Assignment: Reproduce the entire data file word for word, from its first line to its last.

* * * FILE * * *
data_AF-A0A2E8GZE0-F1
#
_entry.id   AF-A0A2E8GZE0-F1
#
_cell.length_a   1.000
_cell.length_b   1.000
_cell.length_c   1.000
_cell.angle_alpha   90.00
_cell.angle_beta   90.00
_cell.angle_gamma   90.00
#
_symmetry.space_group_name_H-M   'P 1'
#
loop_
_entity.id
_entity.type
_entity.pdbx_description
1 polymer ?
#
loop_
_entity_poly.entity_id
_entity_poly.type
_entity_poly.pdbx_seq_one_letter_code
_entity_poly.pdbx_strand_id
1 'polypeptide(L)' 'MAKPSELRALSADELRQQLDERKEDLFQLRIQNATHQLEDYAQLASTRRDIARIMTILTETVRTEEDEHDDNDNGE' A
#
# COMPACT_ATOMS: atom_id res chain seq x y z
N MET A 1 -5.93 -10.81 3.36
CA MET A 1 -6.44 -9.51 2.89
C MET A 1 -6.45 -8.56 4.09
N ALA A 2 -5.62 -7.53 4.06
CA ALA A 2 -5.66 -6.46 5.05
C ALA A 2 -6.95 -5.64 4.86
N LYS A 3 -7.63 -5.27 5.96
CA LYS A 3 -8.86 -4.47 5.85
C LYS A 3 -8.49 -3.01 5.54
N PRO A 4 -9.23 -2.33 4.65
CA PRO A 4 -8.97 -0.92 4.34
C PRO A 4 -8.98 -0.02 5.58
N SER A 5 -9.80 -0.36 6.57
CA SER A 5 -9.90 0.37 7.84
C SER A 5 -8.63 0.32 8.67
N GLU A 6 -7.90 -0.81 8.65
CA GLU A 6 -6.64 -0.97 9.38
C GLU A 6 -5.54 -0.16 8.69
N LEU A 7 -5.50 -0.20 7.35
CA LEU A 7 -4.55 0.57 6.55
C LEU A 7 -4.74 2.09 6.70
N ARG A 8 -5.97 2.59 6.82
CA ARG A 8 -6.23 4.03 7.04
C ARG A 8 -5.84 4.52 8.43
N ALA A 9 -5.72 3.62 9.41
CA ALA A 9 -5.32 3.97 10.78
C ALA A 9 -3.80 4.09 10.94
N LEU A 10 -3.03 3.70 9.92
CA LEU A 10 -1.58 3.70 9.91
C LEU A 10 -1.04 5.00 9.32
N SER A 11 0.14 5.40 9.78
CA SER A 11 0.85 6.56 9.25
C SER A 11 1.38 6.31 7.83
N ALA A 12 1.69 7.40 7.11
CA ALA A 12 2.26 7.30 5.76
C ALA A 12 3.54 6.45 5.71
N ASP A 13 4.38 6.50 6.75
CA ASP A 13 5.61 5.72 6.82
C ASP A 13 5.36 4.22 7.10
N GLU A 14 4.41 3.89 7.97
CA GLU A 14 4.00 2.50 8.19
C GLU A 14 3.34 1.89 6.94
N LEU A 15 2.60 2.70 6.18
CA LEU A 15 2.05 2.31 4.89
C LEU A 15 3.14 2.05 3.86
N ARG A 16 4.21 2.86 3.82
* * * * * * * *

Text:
data_AF-A0A2E8GZE0-F1
#
_entry.id   AF-A0A2E8GZE0-F1
#
_cell.length_a   1.000
_cell.length_b   1.000
_cell.length_c   1.000
_cell.angle_alpha   90.00
_cell.angle_beta   90.00
_cell.angle_gamma   90.00
#
_symmetry.space_group_name_H-M   'P 1'
#
loop_
_entity.id
_entity.type
_entity.pdbx_description
1 polymer ?
#
loop_
_entity_poly.entity_id
_entity_poly.type
_entity_poly.pdbx_seq_one_letter_code
_entity_poly.pdbx_strand_id
1 'polypeptide(L)' 'MAKPSELRALSADELRQQLDERKEDLFQLRIQNATHQLEDYAQLASTRRDIARIMTILTETVRTEEDEHDDNDNGE' A
#
# COMPACT_ATOMS: atom_id res chain seq x y z
N MET A 1 -5.93 -10.81 3.36
CA MET A 1 -6.44 -9.51 2.89
C MET A 1 -6.45 -8.56 4.09
N ALA A 2 -5.62 -7.53 4.06
CA ALA A 2 -5.66 -6.46 5.05
C ALA A 2 -6.95 -5.64 4.86
N LYS A 3 -7.63 -5.27 5.96
CA LYS A 3 -8.86 -4.47 5.85
C LYS A 3 -8.49 -3.01 5.54
N PRO A 4 -9.23 -2.33 4.65
CA PRO A 4 -8.97 -0.92 4.34
C PRO A 4 -8.98 -0.02 5.58
N SER A 5 -9.80 -0.36 6.57
CA SER A 5 -9.90 0.37 7.84
C SER A 5 -8.63 0.32 8.67
N GLU A 6 -7.90 -0.81 8.65
CA GLU A 6 -6.64 -0.97 9.38
C GLU A 6 -5.54 -0.16 8.69
N LEU A 7 -5.50 -0.20 7.35
CA LEU A 7 -4.55 0.57 6.55
C LEU A 7 -4.74 2.09 6.70
N ARG A 8 -5.97 2.59 6.82
CA ARG A 8 -6.23 4.03 7.04
C ARG A 8 -5.84 4.52 8.43
N ALA A 9 -5.72 3.62 9.41
CA ALA A 9 -5.32 3.97 10.78
C ALA A 9 -3.80 4.09 10.94
N LEU A 10 -3.03 3.70 9.92
CA LEU A 10 -1.58 3.70 9.91
C LEU A 10 -1.04 5.00 9.32
N SER A 11 0.14 5.40 9.78
CA SER A 11 0.85 6.56 9.25
C SER A 11 1.38 6.31 7.83
N ALA A 12 1.69 7.40 7.11
CA ALA A 12 2.26 7.30 5.76
C ALA A 12 3.54 6.45 5.71
N ASP A 13 4.38 6.50 6.75
CA ASP A 13 5.61 5.72 6.82
C ASP A 13 5.36 4.22 7.10
N GLU A 14 4.41 3.89 7.97
CA GLU A 14 4.00 2.50 8.19
C GLU A 14 3.34 1.89 6.94
N LEU A 15 2.60 2.70 6.18
CA LEU A 15 2.05 2.31 4.89
C LEU A 15 3.14 2.05 3.86
N ARG A 16 4.21 2.86 3.82